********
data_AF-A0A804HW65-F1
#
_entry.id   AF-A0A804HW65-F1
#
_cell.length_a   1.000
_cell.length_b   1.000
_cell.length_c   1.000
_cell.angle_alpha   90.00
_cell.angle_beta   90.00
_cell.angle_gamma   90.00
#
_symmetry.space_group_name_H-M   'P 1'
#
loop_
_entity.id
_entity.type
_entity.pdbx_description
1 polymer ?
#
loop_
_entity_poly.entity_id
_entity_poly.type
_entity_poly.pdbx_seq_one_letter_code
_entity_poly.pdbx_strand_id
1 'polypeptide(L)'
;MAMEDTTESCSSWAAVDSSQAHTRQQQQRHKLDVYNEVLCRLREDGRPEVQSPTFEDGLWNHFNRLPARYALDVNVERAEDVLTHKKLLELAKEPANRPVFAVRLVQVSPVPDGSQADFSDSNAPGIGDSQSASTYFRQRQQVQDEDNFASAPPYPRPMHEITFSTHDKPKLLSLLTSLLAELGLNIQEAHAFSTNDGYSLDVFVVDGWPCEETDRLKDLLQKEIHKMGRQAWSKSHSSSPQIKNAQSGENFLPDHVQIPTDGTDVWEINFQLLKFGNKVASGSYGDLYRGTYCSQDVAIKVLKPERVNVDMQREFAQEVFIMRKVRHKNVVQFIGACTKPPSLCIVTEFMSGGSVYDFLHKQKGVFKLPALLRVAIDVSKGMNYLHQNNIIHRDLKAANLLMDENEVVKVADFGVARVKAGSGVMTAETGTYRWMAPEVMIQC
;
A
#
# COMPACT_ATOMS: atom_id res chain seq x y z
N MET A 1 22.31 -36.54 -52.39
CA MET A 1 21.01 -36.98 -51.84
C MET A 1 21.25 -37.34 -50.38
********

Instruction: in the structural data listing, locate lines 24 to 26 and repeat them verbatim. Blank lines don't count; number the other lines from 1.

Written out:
_entity_poly.pdbx_strand_id
1 'polypeptide(L)'
;MAMEDTTESCSSWAAVDSSQAHTRQQQQRHKLDVYNEVLCRLREDGRPEVQSPTFEDGLWNHFNRLPARYALDVNVERAEDVLTHKKLLELAKEPANRPVFAVRLVQVSPVPDGSQADFSDSNAPGIGDSQSASTYFRQRQQVQDEDNFASAPPYPRPMHEITFSTHDKPKLLSLLTSLLAELGLNIQEAHAFSTNDGYSLDVFVVDGWPCEETDRLKDLLQKEIHKMGRQAWSKSHSSSPQIKNAQSGENFLPDHVQIPTDGTDVWEINFQLLKFGNKVASGSYGDLYRGTYCSQDVAIKVLKPERVNVDMQREFAQEVFIMRKVRHKNVVQFIGACTKPPSLCIVTEFMSGGSVYDFLHKQKGVFKLPALLRVAIDVSKGMNYLHQNNIIHRDLKAANLLMDENEVVKVADFGVARVKAGSGVMTAETGTYRWMAPEVMIQC